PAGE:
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Monday, 12 March 2012, 1:00PM
Museum of London

London’s Forgotten Children: Thomas Coram and the Foundling Hospital

Dame Gillian Pugh DBE

In 1739, Captain Thomas Coram was dismayed at the sight of children dying on the dung heaps of London. These children, mostly foundlings and orphans, were products of a poverty-stricken society where the attitude towards babies born outside of wedlock meant a life of rejection and inferiority. After 17 years of campaigning, Coram managed to persuade sufficient 'persons of quality and distinction' to support his petition to the King to grant a Royal Charter for the building of the Foundling Hospital in Bloomsbury. Over the next two hundred years, thousands of children were brought to the Foundling Hospital by mothers who were unable to look after their illegitimate children. There they were provided with excellent health care and education fit for their station in life before apprenticing the boys to learn a trade and the girls to domestic service. In this lecture Dame Gillian Pugh, former chief executive of Coram, offers a fascinating history of the first children's charity and charts the rise of this incredible institution. It examines the attitude towards foundlings as illegitimate children over the years and brings us up to date on the innovative work of the charity today, now known simply as Coram.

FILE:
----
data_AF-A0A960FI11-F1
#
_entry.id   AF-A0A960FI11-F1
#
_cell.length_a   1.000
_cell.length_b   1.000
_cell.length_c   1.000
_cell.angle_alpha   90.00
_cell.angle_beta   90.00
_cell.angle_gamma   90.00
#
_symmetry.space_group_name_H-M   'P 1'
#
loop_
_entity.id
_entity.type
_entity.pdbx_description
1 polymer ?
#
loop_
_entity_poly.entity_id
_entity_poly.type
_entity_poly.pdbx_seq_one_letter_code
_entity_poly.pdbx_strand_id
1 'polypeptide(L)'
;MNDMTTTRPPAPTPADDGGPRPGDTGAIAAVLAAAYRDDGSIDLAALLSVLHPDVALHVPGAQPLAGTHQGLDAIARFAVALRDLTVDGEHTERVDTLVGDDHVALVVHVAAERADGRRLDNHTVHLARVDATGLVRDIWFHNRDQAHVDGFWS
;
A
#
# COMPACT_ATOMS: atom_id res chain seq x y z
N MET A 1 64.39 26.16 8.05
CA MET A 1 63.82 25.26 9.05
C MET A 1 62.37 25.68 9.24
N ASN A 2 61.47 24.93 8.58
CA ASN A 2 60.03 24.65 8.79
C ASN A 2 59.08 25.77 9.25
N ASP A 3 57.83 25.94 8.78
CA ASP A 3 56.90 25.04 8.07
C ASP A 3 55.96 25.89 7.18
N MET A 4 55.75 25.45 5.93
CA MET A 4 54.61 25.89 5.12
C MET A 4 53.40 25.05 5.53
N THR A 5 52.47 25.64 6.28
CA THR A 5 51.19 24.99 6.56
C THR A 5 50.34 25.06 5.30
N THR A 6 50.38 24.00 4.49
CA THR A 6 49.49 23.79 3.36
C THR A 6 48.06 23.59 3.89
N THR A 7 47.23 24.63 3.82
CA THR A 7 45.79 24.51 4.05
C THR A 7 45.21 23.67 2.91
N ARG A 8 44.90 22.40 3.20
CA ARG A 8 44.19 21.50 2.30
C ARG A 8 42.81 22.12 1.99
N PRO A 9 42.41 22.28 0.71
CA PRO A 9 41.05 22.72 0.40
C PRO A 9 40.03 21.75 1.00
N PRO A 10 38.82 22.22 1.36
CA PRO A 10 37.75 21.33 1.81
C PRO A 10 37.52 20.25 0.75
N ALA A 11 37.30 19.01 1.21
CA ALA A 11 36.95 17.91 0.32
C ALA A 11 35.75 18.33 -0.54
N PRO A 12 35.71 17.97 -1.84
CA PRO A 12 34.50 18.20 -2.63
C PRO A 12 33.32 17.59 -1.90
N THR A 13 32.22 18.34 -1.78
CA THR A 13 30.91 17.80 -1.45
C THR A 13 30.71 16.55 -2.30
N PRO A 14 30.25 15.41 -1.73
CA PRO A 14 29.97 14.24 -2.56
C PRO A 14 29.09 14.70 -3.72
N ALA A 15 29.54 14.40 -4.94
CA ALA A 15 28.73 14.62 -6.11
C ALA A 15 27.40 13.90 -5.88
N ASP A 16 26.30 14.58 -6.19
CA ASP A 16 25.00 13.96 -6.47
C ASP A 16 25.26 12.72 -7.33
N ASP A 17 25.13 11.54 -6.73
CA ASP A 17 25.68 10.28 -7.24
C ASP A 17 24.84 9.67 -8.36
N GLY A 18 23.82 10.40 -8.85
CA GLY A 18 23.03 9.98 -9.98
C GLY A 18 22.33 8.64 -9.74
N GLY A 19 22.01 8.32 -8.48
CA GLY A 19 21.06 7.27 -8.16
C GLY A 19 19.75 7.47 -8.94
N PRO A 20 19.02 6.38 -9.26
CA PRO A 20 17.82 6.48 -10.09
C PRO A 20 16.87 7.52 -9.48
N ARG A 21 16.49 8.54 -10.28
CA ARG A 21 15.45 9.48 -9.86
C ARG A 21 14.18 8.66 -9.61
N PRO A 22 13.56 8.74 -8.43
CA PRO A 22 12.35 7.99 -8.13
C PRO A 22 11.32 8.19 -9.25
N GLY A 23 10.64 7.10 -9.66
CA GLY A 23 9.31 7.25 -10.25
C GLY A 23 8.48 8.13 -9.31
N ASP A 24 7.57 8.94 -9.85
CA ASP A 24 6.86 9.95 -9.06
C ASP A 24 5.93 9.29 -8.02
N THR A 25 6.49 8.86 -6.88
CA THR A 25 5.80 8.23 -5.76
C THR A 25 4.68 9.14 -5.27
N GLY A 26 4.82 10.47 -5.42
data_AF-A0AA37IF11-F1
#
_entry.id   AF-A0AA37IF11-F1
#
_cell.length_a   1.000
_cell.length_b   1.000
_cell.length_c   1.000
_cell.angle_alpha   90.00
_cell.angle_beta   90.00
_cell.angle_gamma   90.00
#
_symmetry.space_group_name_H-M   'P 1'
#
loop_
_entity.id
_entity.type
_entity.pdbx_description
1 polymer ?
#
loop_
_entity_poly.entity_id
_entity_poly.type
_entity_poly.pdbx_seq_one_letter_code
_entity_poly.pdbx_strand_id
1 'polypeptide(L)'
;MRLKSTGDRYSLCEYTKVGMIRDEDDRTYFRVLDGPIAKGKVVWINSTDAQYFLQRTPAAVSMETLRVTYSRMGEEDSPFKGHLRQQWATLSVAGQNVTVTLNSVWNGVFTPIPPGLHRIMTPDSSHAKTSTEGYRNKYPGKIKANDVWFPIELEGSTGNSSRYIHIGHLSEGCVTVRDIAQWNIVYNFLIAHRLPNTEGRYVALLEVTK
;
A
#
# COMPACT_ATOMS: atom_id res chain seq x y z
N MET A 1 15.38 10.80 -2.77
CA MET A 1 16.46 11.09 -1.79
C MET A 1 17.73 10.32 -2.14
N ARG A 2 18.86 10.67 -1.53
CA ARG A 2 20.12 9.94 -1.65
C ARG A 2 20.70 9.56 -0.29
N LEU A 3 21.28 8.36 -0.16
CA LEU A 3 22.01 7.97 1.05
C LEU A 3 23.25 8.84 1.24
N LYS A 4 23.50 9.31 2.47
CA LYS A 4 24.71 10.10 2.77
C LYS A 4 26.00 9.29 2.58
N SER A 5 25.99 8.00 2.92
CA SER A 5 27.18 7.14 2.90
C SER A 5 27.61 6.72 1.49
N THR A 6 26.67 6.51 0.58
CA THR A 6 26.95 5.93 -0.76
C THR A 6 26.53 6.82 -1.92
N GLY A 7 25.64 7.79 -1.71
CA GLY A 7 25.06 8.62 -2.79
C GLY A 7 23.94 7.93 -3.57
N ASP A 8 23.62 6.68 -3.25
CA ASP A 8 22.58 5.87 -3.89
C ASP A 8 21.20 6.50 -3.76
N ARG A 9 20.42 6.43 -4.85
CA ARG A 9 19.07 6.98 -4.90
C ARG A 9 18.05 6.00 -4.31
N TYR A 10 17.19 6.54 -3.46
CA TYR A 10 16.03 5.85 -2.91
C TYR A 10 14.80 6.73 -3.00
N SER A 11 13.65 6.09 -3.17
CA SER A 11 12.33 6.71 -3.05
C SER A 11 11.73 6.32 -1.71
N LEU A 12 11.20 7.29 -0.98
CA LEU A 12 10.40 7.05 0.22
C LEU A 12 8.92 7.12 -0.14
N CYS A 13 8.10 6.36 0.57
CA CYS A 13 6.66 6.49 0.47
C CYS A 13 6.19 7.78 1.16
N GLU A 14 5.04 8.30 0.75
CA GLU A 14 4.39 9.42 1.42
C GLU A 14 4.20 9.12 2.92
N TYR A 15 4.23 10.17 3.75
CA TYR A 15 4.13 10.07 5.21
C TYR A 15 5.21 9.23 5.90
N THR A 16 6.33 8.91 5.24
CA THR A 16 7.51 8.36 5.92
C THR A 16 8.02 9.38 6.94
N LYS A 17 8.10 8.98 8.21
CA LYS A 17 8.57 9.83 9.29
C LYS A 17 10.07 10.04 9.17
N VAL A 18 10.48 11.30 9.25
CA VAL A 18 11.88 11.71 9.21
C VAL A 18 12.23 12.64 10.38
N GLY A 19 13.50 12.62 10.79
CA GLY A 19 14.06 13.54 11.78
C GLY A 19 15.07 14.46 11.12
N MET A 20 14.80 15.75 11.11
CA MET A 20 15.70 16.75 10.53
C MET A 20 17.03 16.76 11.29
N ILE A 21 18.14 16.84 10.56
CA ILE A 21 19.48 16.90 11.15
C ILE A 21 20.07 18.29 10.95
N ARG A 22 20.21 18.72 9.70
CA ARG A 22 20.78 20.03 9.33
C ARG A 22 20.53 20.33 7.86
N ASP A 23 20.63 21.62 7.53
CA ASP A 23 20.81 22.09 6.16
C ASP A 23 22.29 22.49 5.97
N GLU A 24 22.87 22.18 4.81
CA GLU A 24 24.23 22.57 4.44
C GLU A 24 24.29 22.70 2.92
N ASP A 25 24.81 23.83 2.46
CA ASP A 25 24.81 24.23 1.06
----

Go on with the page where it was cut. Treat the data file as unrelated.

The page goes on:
This is part of 'The Lost Hospitals of London' Mondays at One Series. Other lectures in the series are as follows:
Leprosia - Professor Carole Rawcliffe
Bethlem Hospital - Colin S. Gale

St. Luke's - Professor Nick Black

dame-gillian-pugh-dbe

Chair, National Children's Bureau and President, The National Childminding Association, and Visiting Professor at the Institute of Education.

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12 March 2012

London’s Forgotten Children: Thomas Coram and the Foundling Hospital
Dame Gillian Pugh DBE

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